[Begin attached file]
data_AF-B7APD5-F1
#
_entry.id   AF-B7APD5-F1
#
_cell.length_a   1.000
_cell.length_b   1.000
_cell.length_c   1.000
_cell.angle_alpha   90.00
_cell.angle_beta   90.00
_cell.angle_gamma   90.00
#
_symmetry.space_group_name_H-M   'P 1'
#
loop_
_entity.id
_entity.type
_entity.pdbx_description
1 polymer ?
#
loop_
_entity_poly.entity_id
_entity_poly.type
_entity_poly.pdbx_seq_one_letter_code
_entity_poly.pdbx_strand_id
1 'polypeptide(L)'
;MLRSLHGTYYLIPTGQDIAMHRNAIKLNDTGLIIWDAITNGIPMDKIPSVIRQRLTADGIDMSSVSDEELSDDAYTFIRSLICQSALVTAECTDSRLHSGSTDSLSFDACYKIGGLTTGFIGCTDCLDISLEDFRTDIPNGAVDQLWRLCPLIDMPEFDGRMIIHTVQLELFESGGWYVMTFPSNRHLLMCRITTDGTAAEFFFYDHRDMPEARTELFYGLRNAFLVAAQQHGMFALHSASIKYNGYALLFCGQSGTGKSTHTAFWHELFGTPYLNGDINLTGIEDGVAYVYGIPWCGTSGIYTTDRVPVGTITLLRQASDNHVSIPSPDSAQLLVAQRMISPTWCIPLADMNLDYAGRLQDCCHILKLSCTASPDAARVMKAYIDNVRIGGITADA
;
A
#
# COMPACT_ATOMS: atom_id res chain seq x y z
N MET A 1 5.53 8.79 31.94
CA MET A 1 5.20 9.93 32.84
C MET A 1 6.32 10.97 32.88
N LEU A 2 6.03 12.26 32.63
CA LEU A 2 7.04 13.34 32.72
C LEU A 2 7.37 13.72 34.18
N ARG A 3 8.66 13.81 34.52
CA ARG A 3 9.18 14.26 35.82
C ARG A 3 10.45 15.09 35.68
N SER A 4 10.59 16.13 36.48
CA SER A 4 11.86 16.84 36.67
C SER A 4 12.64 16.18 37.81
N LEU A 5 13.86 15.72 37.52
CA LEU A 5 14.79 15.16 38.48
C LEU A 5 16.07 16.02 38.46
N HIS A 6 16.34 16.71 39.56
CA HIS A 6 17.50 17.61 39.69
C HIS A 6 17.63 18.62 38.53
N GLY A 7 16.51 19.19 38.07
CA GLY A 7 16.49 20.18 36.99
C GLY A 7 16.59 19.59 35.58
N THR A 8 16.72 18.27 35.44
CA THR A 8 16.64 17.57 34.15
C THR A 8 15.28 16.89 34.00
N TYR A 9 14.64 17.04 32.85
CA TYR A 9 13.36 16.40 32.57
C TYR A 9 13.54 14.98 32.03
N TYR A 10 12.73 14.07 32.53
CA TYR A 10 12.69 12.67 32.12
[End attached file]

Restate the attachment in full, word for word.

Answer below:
data_AF-B7APD5-F1
#
_entry.id   AF-B7APD5-F1
#
_cell.length_a   1.000
_cell.length_b   1.000
_cell.length_c   1.000
_cell.angle_alpha   90.00
_cell.angle_beta   90.00
_cell.angle_gamma   90.00
#
_symmetry.space_group_name_H-M   'P 1'
#
loop_
_entity.id
_entity.type
_entity.pdbx_description
1 polymer ?
#
loop_
_entity_poly.entity_id
_entity_poly.type
_entity_poly.pdbx_seq_one_letter_code
_entity_poly.pdbx_strand_id
1 'polypeptide(L)'
;MLRSLHGTYYLIPTGQDIAMHRNAIKLNDTGLIIWDAITNGIPMDKIPSVIRQRLTADGIDMSSVSDEELSDDAYTFIRSLICQSALVTAECTDSRLHSGSTDSLSFDACYKIGGLTTGFIGCTDCLDISLEDFRTDIPNGAVDQLWRLCPLIDMPEFDGRMIIHTVQLELFESGGWYVMTFPSNRHLLMCRITTDGTAAEFFFYDHRDMPEARTELFYGLRNAFLVAAQQHGMFALHSASIKYNGYALLFCGQSGTGKSTHTAFWHELFGTPYLNGDINLTGIEDGVAYVYGIPWCGTSGIYTTDRVPVGTITLLRQASDNHVSIPSPDSAQLLVAQRMISPTWCIPLADMNLDYAGRLQDCCHILKLSCTASPDAARVMKAYIDNVRIGGITADA
;
A
#
# COMPACT_ATOMS: atom_id res chain seq x y z
N MET A 1 5.53 8.79 31.94
CA MET A 1 5.20 9.93 32.84
C MET A 1 6.32 10.97 32.88
N LEU A 2 6.03 12.26 32.63
CA LEU A 2 7.04 13.34 32.72
C LEU A 2 7.37 13.72 34.18
N ARG A 3 8.66 13.81 34.52
CA ARG A 3 9.18 14.26 35.82
C ARG A 3 10.45 15.09 35.68
N SER A 4 10.59 16.13 36.48
CA SER A 4 11.86 16.84 36.67
C SER A 4 12.64 16.18 37.81
N LEU A 5 13.86 15.72 37.52
CA LEU A 5 14.79 15.16 38.48
C LEU A 5 16.07 16.02 38.46
N HIS A 6 16.34 16.71 39.56
CA HIS A 6 17.50 17.61 39.69
C HIS A 6 17.63 18.62 38.53
N GLY A 7 16.51 19.19 38.07
CA GLY A 7 16.49 20.18 36.99
C GLY A 7 16.59 19.59 35.58
N THR A 8 16.72 18.27 35.44
CA THR A 8 16.64 17.57 34.15
C THR A 8 15.28 16.89 34.00
N TYR A 9 14.64 17.04 32.85
CA TYR A 9 13.36 16.40 32.57
C TYR A 9 13.54 14.98 32.03
N TYR A 10 12.73 14.07 32.53
CA TYR A 10 12.69 12.67 32.12